Nearly four in five Americans over age 67 have multiple chronic medical conditions
The more chronic medical conditions you have, the shorter your life will be, say researchers from Johns Hopkins Bloomberg School of Public Health.
In the study, published in the journal Medical Care, the team found that nearly four in five Americans over the age of 67 have multiple chronic conditions such as heart disease, hypertension and diabetes.
Obesity may be driving much of this trend, and may responsible for slowing recent gains in life expectancy. Life expectancy has been growing at about .1 years per year in the U.S., (that’s slower than rates in other developed countries).
The study used the Medicare 5 percent sample, a nationally representative group of 1.4 million Medicare beneficiaries, which included data on 21 chronic conditions. On average, life expectancy decreased by 1.8 years with each additional chronic condition among older Americans.
“When you’re getting sicker and sicker, the body’s ability to handle illness deteriorates and that compounds,” says senior study author Gerard Anderson, a professor in the Department of Health Policy and Management at Johns Hopkins. “Once you have multiple conditions, your life expectancy becomes much shorter.”
For example, he says, a 75-year-old woman with no chronic medical conditions would likely live to at least 92 years old, or another 17.3 years. However, a 75-year-old woman with five chronic conditions will likely only live another 12 more years, and a woman of the same age with 10 chronic conditions would only live to about 80 years old. According to the data, women fare better than men and white people live longer than black people even with the burden of additional health conditions.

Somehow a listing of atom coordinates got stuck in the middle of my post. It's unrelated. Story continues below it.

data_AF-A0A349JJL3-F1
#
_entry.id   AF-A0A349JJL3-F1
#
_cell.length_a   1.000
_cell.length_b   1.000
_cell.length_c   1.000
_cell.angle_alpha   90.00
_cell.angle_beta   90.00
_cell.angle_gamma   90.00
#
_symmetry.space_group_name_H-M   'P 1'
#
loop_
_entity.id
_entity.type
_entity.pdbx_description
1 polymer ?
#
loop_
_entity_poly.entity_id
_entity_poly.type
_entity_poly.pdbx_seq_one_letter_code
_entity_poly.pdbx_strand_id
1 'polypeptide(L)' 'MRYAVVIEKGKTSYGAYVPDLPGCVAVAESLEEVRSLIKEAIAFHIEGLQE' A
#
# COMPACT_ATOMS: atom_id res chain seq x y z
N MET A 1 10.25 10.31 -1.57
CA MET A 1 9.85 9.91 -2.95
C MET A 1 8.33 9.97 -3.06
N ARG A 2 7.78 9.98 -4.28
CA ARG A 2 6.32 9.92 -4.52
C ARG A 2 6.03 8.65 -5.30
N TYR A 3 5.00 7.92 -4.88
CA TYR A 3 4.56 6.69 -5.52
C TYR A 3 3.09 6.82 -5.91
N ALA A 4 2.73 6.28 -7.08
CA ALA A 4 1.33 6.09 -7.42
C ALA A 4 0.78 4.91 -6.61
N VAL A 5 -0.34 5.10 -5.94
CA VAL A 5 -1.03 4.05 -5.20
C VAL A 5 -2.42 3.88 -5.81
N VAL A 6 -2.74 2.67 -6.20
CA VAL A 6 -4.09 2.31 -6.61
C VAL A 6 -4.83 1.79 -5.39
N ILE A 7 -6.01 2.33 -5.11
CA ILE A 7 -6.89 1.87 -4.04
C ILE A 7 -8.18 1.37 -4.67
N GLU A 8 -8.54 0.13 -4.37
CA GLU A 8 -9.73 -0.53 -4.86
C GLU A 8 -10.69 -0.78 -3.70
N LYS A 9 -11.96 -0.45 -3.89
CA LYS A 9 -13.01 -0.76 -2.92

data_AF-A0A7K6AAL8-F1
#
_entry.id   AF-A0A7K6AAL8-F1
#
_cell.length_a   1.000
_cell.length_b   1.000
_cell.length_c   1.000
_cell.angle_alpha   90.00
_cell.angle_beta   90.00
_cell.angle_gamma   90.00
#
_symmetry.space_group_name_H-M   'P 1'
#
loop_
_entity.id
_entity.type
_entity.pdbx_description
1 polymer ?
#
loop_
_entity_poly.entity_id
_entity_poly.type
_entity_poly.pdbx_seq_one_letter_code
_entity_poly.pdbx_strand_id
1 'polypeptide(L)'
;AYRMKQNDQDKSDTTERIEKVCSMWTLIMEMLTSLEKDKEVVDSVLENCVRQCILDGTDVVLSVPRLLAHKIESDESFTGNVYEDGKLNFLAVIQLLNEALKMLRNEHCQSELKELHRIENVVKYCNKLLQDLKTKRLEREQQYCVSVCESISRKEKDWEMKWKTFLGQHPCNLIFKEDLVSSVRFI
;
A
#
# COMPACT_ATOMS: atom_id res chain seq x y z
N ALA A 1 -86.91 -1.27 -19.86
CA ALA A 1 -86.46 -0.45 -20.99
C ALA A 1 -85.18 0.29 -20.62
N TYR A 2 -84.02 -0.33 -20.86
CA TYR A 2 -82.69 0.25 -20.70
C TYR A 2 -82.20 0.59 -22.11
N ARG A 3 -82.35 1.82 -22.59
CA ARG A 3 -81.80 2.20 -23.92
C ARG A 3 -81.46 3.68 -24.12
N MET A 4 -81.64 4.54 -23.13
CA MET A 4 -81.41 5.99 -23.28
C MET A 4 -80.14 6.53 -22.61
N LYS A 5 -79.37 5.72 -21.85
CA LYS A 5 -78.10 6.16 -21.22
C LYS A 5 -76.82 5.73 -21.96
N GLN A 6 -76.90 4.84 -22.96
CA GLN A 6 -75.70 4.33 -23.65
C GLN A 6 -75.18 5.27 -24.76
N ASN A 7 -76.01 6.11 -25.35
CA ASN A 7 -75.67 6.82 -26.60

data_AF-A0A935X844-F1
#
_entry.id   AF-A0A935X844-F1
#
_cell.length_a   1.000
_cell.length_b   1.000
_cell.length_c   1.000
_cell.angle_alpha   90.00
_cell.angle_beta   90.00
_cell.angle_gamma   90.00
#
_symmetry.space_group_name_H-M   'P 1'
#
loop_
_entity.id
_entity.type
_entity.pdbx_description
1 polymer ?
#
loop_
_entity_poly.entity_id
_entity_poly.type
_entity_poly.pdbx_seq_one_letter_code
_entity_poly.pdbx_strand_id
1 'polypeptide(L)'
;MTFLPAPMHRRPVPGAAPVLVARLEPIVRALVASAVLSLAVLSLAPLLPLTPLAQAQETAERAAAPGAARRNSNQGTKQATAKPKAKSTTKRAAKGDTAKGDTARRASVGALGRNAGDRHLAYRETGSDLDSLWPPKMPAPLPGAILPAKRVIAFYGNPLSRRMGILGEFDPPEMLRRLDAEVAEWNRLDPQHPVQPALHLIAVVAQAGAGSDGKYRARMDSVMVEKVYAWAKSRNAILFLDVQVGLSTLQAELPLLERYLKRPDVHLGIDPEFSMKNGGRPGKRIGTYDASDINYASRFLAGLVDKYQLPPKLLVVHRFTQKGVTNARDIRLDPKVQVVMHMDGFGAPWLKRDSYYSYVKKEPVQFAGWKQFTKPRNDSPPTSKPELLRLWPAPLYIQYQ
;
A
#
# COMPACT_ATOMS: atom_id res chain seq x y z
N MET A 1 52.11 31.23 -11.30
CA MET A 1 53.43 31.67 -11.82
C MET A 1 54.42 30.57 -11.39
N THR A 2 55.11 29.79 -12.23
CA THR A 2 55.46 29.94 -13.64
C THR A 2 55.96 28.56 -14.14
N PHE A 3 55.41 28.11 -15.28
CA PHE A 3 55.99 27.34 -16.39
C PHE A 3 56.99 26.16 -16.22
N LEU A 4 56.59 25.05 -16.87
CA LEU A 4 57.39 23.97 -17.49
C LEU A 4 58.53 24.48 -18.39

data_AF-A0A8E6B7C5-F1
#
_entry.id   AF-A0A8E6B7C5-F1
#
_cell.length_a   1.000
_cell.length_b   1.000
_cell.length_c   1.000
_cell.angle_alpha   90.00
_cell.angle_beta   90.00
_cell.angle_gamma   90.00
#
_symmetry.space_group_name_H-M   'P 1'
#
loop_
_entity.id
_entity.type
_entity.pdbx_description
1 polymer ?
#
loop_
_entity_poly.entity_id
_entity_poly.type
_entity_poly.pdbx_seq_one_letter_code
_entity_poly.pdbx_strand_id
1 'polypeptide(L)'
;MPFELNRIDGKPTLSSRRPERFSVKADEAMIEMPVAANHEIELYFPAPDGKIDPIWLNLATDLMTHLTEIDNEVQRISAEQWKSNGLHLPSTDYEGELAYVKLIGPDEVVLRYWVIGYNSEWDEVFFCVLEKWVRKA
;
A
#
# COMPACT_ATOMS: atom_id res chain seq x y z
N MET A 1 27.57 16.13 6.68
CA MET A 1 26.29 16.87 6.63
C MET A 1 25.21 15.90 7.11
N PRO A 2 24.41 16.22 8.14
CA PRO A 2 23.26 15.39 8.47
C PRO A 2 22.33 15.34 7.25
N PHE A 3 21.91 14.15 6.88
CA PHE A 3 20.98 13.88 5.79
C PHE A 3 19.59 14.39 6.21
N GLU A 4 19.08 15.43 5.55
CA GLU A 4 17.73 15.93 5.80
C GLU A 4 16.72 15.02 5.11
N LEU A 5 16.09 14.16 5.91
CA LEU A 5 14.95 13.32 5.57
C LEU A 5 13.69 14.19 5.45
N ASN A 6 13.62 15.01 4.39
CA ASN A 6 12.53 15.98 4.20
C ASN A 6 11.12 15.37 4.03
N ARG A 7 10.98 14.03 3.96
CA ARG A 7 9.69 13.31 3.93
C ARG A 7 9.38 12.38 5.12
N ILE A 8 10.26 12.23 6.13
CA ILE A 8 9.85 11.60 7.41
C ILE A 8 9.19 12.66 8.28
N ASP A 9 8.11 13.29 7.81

The type of chronic disease older people develop also seems to affect their life expectancy. A 67-year-old diagnosed with Alzheimer’s will only live an additional 12 years, while someone with a heart condition can expect another 21.2 years. But once people develop more than one chronic condition, the specific illnesses no longer matter.
“There are interaction effects among the diseases that result in decreases in life expectancy. Any condition on its own has a particular effect. When you have heart disease plus cancer, that has a particular affect, and then those start to accumulate,” says lead study author Eva DuGoff.
The findings may be important for calculating health costs in coming years, especially for Social Security and Medicare programs. Currently, 60% of people over age 67 have three chronic medical conditions that require medical care — a significant increase from previous years when individuals didn’t live long with chronic conditions.
“In some ways we’re a victim of our own success. As we’re living longer and our health system has gotten better, no longer are people dying of heart disease at age 50 so now they’re dying of heart disease later when they have other things like cancer as well,” says DuGoff. Whatever gains improved health care has provided may be eroded by the effect of these accumulating chronic conditions. “We need to reorient our healthcare system to care for chronic conditions. If we don’t reorientate ourselves in that way, the impact of chronic conditions on life expectancy could be extremely negative.”